Sports betting does feel good. According to a 2013 study published in Frontiers in Behavioral Neuroscience, though the appeal of gambling ostensibly lies in monetary gain, the real reward is a brain release of dopamine, a chemical that helps us feel pleasure.
Interestingly, the study found that while the first dopamine release coincided with a gambler’s first win, over time simply placing a bet could trigger a spike. This is one of the reasons why people continue to place sports bets even when they’re losing and it is the main driver of gambling addictions.
Studies have also shown that people who are less worried about losing money and more invested in earning more money are more likely to keep betting, even if they keep losing. According to a 2021 Italian study, people who gamble more believe they have more to gain, while people who gamble less, conversely, believe they have more to lose.
Of course, while sports betting isn’t all about money, winning money is a big part of the appeal.
People like to bet on sports because they believe – wrongly – that they can correctly assess the risk — bettors believe they are knowledgeable about the teams and athletes they’re betting on or against, and that they can calculate the odds and pick and choose their wagers accordingly. This gives people a false sense of control over their bets.
Still, it’s harder to win than you think. Even “successful” sports bettors win, on average, only 55 percent of their bets, and often, these people are gambling pros with statistics degrees and Excel spreadsheets that track their favorite athletes – a surprisingly similar analytical approach to the one analysts use in public equity markets.
In fact, when a bettor analyzes sport events scientifically, drawing conclusions with statistical significance, there can be similarities between trading (which is not investing) and betting. But this is not what usually happens.
That is not to say that betting is wrong per se – casual bettors enjoy adding an extra element of excitement to a sports season, as long as they’re realistic about the potential money loss and don’t bet more than they can afford to lose.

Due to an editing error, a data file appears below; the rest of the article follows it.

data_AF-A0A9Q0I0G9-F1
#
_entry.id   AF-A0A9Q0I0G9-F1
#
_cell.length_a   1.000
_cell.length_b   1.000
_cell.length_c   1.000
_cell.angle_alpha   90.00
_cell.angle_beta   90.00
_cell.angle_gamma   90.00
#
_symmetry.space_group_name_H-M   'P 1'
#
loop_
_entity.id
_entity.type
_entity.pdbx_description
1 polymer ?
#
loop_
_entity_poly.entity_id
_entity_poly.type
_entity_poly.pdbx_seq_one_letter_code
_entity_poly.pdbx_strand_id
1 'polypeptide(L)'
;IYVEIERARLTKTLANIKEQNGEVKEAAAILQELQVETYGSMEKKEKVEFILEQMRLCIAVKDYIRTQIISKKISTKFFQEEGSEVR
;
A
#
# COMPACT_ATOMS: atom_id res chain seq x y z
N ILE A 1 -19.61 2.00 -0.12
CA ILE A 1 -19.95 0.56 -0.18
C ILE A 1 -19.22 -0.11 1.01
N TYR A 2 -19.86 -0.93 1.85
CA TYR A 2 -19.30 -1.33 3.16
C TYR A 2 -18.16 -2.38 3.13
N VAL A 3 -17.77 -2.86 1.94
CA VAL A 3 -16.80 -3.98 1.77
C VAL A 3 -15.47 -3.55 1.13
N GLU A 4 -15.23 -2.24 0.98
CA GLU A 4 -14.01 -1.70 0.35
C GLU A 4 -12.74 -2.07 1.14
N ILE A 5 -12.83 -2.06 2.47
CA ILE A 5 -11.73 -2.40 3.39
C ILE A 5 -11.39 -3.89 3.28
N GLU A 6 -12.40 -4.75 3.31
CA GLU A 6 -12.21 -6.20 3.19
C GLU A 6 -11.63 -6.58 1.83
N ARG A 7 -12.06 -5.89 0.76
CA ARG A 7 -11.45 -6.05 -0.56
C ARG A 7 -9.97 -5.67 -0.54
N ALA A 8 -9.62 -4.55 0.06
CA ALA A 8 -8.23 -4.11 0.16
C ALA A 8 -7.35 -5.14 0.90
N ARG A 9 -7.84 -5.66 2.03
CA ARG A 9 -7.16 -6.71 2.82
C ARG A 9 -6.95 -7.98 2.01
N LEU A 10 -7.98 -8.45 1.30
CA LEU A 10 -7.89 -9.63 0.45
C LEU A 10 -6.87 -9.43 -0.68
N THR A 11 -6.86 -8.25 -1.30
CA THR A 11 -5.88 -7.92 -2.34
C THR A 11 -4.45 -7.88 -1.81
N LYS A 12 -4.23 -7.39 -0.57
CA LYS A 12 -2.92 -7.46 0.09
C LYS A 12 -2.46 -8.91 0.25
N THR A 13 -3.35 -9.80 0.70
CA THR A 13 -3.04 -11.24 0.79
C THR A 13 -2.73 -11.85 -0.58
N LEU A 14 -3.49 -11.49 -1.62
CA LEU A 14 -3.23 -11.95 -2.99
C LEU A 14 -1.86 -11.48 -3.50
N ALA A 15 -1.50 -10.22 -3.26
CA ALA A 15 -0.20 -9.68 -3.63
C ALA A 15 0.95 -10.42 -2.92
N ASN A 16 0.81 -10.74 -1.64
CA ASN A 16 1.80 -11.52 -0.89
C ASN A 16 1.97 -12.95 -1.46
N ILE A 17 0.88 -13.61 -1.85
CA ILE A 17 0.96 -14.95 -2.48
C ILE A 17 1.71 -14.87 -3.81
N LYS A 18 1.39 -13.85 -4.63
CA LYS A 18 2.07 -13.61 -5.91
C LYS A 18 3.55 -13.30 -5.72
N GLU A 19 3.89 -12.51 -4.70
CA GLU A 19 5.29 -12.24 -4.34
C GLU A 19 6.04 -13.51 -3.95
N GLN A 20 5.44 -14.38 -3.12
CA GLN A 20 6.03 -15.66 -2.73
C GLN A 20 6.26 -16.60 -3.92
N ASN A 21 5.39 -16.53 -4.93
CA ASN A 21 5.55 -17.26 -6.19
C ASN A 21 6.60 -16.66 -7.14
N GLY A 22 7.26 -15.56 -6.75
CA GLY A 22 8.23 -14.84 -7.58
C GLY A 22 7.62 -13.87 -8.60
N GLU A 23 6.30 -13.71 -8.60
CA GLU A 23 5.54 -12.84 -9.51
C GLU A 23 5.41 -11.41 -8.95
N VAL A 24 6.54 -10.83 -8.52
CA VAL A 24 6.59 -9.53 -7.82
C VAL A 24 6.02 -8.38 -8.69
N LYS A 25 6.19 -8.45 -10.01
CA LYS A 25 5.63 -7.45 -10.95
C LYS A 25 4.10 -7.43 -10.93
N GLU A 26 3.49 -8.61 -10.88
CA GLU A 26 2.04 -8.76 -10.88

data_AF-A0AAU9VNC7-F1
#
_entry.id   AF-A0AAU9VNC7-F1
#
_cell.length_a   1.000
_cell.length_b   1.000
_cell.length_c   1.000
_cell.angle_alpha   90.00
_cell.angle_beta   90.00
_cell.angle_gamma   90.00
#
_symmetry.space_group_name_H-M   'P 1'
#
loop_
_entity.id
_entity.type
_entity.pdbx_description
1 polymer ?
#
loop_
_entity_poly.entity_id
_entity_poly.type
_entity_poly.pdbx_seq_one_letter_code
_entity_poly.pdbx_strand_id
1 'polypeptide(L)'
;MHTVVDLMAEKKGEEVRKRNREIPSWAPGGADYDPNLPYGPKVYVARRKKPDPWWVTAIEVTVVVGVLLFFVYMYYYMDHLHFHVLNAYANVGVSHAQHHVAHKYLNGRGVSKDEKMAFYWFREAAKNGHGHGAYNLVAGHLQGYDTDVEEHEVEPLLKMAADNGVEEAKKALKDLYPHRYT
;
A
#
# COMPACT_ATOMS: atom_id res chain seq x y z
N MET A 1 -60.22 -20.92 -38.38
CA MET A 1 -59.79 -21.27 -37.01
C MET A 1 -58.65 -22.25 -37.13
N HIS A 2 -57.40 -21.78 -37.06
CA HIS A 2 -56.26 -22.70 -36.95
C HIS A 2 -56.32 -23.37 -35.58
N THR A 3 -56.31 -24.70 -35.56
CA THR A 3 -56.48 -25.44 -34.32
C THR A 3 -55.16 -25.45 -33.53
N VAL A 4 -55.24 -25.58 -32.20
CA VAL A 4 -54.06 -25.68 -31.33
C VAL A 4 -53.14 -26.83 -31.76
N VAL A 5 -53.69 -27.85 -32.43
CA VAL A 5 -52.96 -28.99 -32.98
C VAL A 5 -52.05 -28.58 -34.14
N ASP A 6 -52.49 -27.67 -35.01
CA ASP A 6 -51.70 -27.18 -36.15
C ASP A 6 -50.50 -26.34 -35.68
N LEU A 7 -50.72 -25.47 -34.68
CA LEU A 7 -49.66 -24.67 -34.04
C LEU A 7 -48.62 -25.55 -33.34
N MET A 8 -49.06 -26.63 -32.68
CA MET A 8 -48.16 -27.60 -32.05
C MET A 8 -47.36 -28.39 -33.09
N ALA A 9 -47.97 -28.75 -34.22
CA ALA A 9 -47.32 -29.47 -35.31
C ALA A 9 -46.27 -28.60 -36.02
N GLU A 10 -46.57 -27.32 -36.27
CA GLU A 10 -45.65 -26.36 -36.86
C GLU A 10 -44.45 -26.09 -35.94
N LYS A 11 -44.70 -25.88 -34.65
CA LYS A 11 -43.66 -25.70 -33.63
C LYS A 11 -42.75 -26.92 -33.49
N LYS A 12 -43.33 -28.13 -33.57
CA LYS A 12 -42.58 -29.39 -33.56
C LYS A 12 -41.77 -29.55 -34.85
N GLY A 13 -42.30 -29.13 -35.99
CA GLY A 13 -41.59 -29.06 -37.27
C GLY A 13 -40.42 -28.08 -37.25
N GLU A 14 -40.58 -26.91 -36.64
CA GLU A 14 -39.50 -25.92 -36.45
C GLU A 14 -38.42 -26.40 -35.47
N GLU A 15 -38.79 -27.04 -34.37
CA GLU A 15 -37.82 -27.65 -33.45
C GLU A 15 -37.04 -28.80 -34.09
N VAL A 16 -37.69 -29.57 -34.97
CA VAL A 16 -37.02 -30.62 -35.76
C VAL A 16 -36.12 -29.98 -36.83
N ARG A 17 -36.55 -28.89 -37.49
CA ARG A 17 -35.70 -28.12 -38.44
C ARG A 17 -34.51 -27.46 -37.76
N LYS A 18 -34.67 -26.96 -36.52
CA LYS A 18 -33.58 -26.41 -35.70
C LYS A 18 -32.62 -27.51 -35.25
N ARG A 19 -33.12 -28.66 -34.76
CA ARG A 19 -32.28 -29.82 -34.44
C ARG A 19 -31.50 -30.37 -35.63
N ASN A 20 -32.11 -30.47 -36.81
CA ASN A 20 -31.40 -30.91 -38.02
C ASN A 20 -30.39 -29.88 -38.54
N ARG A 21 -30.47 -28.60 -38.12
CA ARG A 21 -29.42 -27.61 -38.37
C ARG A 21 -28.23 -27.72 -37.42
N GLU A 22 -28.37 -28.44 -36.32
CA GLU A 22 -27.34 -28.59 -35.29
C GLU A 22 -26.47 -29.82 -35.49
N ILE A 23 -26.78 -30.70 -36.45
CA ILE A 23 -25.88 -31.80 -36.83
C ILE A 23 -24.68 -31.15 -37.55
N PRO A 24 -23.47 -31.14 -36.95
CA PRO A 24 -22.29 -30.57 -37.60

A noteworthy 2020 study from the University of Ghana found that sports betting behavior “had a complementary rather than a substitutionary effect on investment behavior. The participants were both risk-aware and risk-averse, but engaged nevertheless in betting for a chance of winning a high payoff.” Another 2020 study published in the Journal of Economics and Finance found that sports bettors tend toward lottery-like stocks that are priced low at entry but can yield high returns.
Nevertheless, investing usually involves a much higher degree of scrutiny compared to even the most scientific forms of betting. Analysts carefully vet a company’s profitability and future prospects by looking into its financial statements, while economists attempt to make sense of the macroeconomic context and political analysts study the degree of political and geopolitical risk affecting a specific investment opportunity.
Even retail investors have access to sophisticated analytical tools, and many utilize artificial intelligence to guide their investment decisions in a way that is not even remotely comparable to what happens in sports betting. While there are reckless gamblers within the investment community, and sentiment can be a strong market driver – especially following black swan events such as pandemics, wars, financial crises – successful investors tend to rely on rational decisions made by experts on their behalf.
Yieldstreet offers access to a variety of carefully vetted investment opportunities. While risk is inherent in any investment decision, a thorough due diligence process can help better gauge both the potential upside and downside of an investment product, allowing. In addition, transparency can help build trust within the investment community.
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